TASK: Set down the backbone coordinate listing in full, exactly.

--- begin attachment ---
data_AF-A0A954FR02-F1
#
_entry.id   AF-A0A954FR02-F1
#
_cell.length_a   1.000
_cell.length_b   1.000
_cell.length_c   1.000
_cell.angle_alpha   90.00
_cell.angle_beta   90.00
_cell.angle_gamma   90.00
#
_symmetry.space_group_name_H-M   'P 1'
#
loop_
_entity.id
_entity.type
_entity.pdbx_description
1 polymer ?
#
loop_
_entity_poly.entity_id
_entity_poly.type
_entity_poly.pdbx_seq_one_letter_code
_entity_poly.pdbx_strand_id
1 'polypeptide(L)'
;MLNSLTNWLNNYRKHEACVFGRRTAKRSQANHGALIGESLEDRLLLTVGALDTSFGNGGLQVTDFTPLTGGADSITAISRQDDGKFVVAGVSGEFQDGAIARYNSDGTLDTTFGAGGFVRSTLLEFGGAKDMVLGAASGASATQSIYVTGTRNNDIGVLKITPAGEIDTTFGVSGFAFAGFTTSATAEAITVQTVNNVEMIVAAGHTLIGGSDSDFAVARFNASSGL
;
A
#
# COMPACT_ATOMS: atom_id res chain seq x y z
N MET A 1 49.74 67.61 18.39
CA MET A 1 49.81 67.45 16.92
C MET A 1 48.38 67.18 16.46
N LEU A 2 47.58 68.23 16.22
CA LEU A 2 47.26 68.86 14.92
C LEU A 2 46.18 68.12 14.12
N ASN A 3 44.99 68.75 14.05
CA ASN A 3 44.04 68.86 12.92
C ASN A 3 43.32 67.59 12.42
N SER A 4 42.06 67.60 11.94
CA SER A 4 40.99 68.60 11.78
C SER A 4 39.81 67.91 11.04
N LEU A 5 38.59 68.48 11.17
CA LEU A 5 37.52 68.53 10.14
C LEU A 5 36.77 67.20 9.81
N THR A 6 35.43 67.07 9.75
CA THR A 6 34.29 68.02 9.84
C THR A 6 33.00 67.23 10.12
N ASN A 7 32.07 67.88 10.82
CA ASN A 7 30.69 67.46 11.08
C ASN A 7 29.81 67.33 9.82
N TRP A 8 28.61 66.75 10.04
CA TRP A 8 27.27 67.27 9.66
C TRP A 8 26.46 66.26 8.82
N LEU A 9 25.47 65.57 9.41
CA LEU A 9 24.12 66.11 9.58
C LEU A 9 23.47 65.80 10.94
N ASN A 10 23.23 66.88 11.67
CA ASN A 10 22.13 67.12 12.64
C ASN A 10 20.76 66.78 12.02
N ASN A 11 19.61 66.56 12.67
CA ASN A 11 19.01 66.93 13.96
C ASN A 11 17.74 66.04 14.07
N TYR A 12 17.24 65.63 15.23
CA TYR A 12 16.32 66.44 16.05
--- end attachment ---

data_AF-A0A954FR02-F1
#
_entry.id   AF-A0A954FR02-F1
#
_cell.length_a   1.000
_cell.length_b   1.000
_cell.length_c   1.000
_cell.angle_alpha   90.00
_cell.angle_beta   90.00
_cell.angle_gamma   90.00
#
_symmetry.space_group_name_H-M   'P 1'
#
loop_
_entity.id
_entity.type
_entity.pdbx_description
1 polymer ?
#
loop_
_entity_poly.entity_id
_entity_poly.type
_entity_poly.pdbx_seq_one_letter_code
_entity_poly.pdbx_strand_id
1 'polypeptide(L)'
;MLNSLTNWLNNYRKHEACVFGRRTAKRSQANHGALIGESLEDRLLLTVGALDTSFGNGGLQVTDFTPLTGGADSITAISRQDDGKFVVAGVSGEFQDGAIARYNSDGTLDTTFGAGGFVRSTLLEFGGAKDMVLGAASGASATQSIYVTGTRNNDIGVLKITPAGEIDTTFGVSGFAFAGFTTSATAEAITVQTVNNVEMIVAAGHTLIGGSDSDFAVARFNASSGL
;
A
#
# COMPACT_ATOMS: atom_id res chain seq x y z
N MET A 1 49.74 67.61 18.39
CA MET A 1 49.81 67.45 16.92
C MET A 1 48.38 67.18 16.46
N LEU A 2 47.58 68.23 16.22
CA LEU A 2 47.26 68.86 14.92
C LEU A 2 46.18 68.12 14.12
N ASN A 3 44.99 68.75 14.05
CA ASN A 3 44.04 68.86 12.92
C ASN A 3 43.32 67.59 12.42
N SER A 4 42.06 67.60 11.94
CA SER A 4 40.99 68.60 11.78
C SER A 4 39.81 67.91 11.04
N LEU A 5 38.59 68.48 11.17
CA LEU A 5 37.52 68.53 10.14
C LEU A 5 36.77 67.20 9.81
N THR A 6 35.43 67.07 9.75
CA THR A 6 34.29 68.02 9.84
C THR A 6 33.00 67.23 10.12
N ASN A 7 32.07 67.88 10.82
CA ASN A 7 30.69 67.46 11.08
C ASN A 7 29.81 67.33 9.82
N TRP A 8 28.61 66.75 10.04
CA TRP A 8 27.27 67.27 9.66
C TRP A 8 26.46 66.26 8.82
N LEU A 9 25.47 65.57 9.41
CA LEU A 9 24.12 66.11 9.58
C LEU A 9 23.47 65.80 10.94
N ASN A 10 23.23 66.88 11.67
CA ASN A 10 22.13 67.12 12.64
C ASN A 10 20.76 66.78 12.02
N ASN A 11 19.61 66.56 12.67
CA ASN A 11 19.01 66.93 13.96
C ASN A 11 17.74 66.04 14.07
N TYR A 12 17.24 65.63 15.23
CA TYR A 12 16.32 66.44 16.05